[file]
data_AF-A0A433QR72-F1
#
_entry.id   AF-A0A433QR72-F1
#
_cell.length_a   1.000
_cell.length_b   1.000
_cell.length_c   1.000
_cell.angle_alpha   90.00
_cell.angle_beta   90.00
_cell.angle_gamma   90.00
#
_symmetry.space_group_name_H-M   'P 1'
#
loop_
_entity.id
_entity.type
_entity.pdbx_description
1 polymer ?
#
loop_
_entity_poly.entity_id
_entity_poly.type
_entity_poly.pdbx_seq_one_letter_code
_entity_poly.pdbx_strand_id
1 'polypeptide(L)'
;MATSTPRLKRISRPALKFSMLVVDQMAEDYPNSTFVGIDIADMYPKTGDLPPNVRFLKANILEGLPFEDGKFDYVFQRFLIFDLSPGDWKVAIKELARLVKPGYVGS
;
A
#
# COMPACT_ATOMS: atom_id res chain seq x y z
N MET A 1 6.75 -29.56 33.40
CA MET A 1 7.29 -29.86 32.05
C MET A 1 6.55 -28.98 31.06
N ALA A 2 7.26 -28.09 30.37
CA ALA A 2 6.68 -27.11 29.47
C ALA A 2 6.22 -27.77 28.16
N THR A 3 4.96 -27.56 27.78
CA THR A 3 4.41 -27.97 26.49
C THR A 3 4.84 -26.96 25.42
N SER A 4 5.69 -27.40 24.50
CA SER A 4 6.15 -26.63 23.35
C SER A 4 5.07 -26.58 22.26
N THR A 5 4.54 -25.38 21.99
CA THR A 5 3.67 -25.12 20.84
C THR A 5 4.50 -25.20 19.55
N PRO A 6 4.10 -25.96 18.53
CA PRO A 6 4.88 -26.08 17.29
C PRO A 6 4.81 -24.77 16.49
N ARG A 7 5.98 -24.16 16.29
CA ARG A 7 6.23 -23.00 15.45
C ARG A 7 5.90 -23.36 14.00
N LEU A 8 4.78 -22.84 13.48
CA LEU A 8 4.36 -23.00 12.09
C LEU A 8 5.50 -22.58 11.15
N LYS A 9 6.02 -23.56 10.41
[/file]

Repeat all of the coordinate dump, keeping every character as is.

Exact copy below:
data_AF-A0A433QR72-F1
#
_entry.id   AF-A0A433QR72-F1
#
_cell.length_a   1.000
_cell.length_b   1.000
_cell.length_c   1.000
_cell.angle_alpha   90.00
_cell.angle_beta   90.00
_cell.angle_gamma   90.00
#
_symmetry.space_group_name_H-M   'P 1'
#
loop_
_entity.id
_entity.type
_entity.pdbx_description
1 polymer ?
#
loop_
_entity_poly.entity_id
_entity_poly.type
_entity_poly.pdbx_seq_one_letter_code
_entity_poly.pdbx_strand_id
1 'polypeptide(L)'
;MATSTPRLKRISRPALKFSMLVVDQMAEDYPNSTFVGIDIADMYPKTGDLPPNVRFLKANILEGLPFEDGKFDYVFQRFLIFDLSPGDWKVAIKELARLVKPGYVGS
;
A
#
# COMPACT_ATOMS: atom_id res chain seq x y z
N MET A 1 6.75 -29.56 33.40
CA MET A 1 7.29 -29.86 32.05
C MET A 1 6.55 -28.98 31.06
N ALA A 2 7.26 -28.09 30.37
CA ALA A 2 6.68 -27.11 29.47
C ALA A 2 6.22 -27.77 28.16
N THR A 3 4.96 -27.56 27.78
CA THR A 3 4.41 -27.97 26.49
C THR A 3 4.84 -26.96 25.42
N SER A 4 5.69 -27.40 24.50
CA SER A 4 6.15 -26.63 23.35
C SER A 4 5.07 -26.58 22.26
N THR A 5 4.54 -25.38 21.99
CA THR A 5 3.67 -25.12 20.84
C THR A 5 4.50 -25.20 19.55
N PRO A 6 4.10 -25.96 18.53
CA PRO A 6 4.88 -26.08 17.29
C PRO A 6 4.81 -24.77 16.49
N ARG A 7 5.98 -24.16 16.29
CA ARG A 7 6.23 -23.00 15.45
C ARG A 7 5.90 -23.36 14.00
N LEU A 8 4.78 -22.84 13.48
CA LEU A 8 4.36 -23.00 12.09
C LEU A 8 5.50 -22.58 11.15
N LYS A 9 6.02 -23.56 10.41